Affordable Care Act Navigators: Unexpected Success During 2018 Enrollment Season Shouldn’t Obscure Challenges Ahead

Heading into open enrollment for 2018 marketplace coverage, experts predicted far fewer people would sign up for coverage. Despite the obstacles working against a successful open enrollment, sign-ups came close to last year’s tally: federally facilitated marketplaces (FFMs) logged 8.8 million plan selections, including close to 2.5 million new consumers, by the close of open enrollment on December 15th, nearing the 9.2 million plan selection from the previous year in just half the time. CHIR’s Olivia Hoppe and JoAnn Volk take a look at what explains the better-than-expected results. Continue reading

Insurer Participation in ACA Marketplaces: Federal Uncertainty Triggers Diverging Business Strategies

A reliable indicator of health insurance markets’ stability is insurer participation, including the number of insurers that elect to sell individual plans and whether they participate over subsequent years. In a recent analysis for the Commonwealth Fund, CHIR experts looked at insurer participation in the state-based Affordable Care Act (ACA) marketplaces from 2014 to 2018, which sheds light on how state marketplaces have maintained competition despite uncertainty about the law’s future. Continue reading

States Face Key Decisions if Alexander-Murray Proposal Is Included in Year-End Budget Bill

The Alexander-Murray bill to fund the Affordable Care Act’s cost-sharing subsidies could be included in an end-of-year budget deal. It includes provisions requiring states to make some quick decisions on an issue that many may have thought was put to bed. CHIR’s Justin Giovannelli provides an overview of what states may need to do, and when, if Alexander-Murray passes. Continue reading

New Rules Pending on Short-Term Health Plans: Impacts for Consumers, Markets and Potential State Responses

New rules are due any day now in response to President Trump’s October 13, 2017 executive order to expand access to short-term limited-duration health plans that don’t have to comply with Affordable Care Act protections. The impact of the proposed new rules were debated at the National Association of Insurance Commissioners’ December meeting, as well as potential state policy options to protect consumers and stabilize their markets. CHIR recently outlined some in an issue brief, and we share some highlights here. Continue reading

Insurers, State Regulators Avoid Bare Counties in 2018, but Seek Long-Term Solutions

As we near the end of the second week of a so-far successful Open Enrollment, uncertainty over the future of the Affordable Care Act remains a challenge. As insurers and state regulators prepared for the 2018 plan year, they addressed questions of whether Congress or the Trump Administration would make major changes to the law. This led to a situation in several states where some or all counties seemed likely to have no insurance plan available for residents seeking marketplace coverage. In a new issue brief for the Robert Wood Johnson Foundation, CHIR experts examine the actions of six states that faced the prospect of bare counties for 2018. Continue reading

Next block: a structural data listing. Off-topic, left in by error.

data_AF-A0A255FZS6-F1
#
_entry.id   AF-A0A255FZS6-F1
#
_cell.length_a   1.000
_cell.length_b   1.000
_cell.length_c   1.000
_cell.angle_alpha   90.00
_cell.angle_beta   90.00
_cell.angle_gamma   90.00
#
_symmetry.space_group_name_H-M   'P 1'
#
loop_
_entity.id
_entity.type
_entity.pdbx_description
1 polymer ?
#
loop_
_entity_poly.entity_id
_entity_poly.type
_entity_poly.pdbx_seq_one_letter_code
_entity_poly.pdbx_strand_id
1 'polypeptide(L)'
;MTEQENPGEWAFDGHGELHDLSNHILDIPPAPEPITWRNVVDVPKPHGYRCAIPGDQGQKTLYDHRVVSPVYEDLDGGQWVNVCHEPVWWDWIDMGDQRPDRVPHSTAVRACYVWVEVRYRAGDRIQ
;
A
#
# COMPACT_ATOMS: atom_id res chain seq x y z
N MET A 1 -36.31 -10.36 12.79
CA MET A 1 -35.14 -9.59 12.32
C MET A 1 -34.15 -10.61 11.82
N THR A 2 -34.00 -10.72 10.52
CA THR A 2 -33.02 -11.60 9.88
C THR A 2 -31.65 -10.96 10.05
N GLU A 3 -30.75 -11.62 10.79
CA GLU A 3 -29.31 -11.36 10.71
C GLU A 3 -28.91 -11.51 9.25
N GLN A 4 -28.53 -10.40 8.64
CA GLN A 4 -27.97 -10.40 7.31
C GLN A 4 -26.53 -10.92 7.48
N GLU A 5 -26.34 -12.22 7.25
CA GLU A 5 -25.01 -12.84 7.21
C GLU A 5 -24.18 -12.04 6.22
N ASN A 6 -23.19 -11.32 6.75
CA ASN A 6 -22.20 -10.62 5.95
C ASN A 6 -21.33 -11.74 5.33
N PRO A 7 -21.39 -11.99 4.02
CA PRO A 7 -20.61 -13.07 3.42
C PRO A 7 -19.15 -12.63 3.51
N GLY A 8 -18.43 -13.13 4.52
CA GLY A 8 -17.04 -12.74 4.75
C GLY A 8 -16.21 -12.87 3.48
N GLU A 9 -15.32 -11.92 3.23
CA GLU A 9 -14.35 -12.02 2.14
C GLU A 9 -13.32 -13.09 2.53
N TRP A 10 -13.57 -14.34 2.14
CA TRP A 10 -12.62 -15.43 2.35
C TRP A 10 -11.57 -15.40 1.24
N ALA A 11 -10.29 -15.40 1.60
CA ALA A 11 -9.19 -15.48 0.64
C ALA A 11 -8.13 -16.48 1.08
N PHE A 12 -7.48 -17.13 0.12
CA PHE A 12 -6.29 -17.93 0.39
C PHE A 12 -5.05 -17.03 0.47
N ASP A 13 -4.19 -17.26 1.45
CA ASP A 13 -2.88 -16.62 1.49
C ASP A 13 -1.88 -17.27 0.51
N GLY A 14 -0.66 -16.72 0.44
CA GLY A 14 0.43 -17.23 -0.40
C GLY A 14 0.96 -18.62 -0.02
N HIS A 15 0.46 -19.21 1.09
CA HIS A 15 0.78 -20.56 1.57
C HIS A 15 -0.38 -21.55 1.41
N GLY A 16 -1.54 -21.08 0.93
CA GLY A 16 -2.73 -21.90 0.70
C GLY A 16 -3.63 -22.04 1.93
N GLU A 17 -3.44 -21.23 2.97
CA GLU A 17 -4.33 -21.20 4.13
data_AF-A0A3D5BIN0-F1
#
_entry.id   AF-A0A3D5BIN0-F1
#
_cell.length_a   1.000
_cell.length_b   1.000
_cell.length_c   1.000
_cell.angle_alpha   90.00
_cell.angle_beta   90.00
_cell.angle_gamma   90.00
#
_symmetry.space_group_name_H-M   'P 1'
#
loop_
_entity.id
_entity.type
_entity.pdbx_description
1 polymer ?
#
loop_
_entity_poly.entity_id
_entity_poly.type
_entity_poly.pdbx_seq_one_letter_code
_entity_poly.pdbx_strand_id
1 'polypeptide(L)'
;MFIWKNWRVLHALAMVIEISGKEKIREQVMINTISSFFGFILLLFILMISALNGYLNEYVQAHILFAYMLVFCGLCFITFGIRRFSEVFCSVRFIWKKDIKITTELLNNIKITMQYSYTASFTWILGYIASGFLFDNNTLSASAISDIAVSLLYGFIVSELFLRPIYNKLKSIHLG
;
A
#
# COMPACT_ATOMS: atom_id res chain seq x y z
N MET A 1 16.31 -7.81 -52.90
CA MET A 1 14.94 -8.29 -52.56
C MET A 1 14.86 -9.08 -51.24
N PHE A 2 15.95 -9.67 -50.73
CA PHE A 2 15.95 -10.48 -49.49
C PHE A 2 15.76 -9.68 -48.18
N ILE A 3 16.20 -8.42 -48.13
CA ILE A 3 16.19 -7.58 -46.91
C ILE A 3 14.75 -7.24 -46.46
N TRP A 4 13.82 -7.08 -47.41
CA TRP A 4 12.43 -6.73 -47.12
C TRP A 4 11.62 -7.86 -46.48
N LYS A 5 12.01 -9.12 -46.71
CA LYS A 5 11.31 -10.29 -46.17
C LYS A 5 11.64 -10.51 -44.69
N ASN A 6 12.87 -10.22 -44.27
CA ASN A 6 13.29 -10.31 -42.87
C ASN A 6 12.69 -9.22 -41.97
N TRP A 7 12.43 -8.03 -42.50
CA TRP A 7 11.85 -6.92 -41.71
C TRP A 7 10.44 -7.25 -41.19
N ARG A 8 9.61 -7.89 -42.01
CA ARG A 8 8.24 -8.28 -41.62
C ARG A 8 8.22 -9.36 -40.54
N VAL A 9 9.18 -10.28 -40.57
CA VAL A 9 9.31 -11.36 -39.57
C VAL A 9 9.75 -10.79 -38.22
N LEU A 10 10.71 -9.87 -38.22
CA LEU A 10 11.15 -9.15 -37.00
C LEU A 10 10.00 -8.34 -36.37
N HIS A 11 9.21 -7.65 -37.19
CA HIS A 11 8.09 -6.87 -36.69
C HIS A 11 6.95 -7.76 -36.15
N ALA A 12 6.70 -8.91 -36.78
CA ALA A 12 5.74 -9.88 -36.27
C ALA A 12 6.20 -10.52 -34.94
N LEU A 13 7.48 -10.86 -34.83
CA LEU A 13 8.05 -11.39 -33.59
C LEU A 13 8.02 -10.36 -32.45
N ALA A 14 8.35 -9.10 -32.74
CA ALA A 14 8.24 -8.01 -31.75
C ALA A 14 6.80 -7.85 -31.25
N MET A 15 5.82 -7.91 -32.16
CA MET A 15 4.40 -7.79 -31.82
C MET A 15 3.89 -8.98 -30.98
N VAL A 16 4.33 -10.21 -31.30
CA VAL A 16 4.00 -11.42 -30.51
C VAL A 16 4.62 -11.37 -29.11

State-Based Marketplaces Push Ahead, Despite Federal Resistance

Open enrollment for 2018 started last week on the Affordable Care Act’s health insurance marketplaces. Along with its executive actions designed to weaken marketplaces operations, the Trump administration has taken a number of steps over the past year to curb marketplace enrollment. While the administration has scaled back efforts to provide health coverage, state-based marketplaces have taken a different approach. In their latest post for The Commonwealth Fund’s To The Point blog, CHIR’s Emily Curran and Justin Giovannelli share their findings from interviews with executives at 15 of the 17 states that operate their own marketplaces. Continue reading

States Step Up to Protect Consumers in Wake of Cuts to ACA Cost-Sharing Reduction Payments

In the wake of President Trump’s decision to cut off payments for a key ACA subsidy for low-income enrollees, the impact felt by consumers and insurers will vary from state to state, depending on the actions of insurance regulators and insurance companies. In their latest post for The Commonwealth Fund’s To The Point blog, CHIR’s Sabrina Corlette, Kevin Lucia, and Maanasa Kona share findings from their 50-state review of insurers’ responses to the loss of cost-sharing reduction payments for 2018. Continue reading

New Executive Order: Expanding Access to Short-Term Health Plans Is Bad for Consumers and the Individual Market

President Trump signed a “very major” executive order related to health care that is “going to cover a lot of territory.” The executive order takes steps to roll back a consumer protection related to short-term health plans. In their latest post for the Commonwealth Fund’s To the Point blog, CHIR’s Dania Palanker, Kevin Lucia, and Emily Curran assess the proposed regulatory changes and their impact on consumers and insurance markets. Continue reading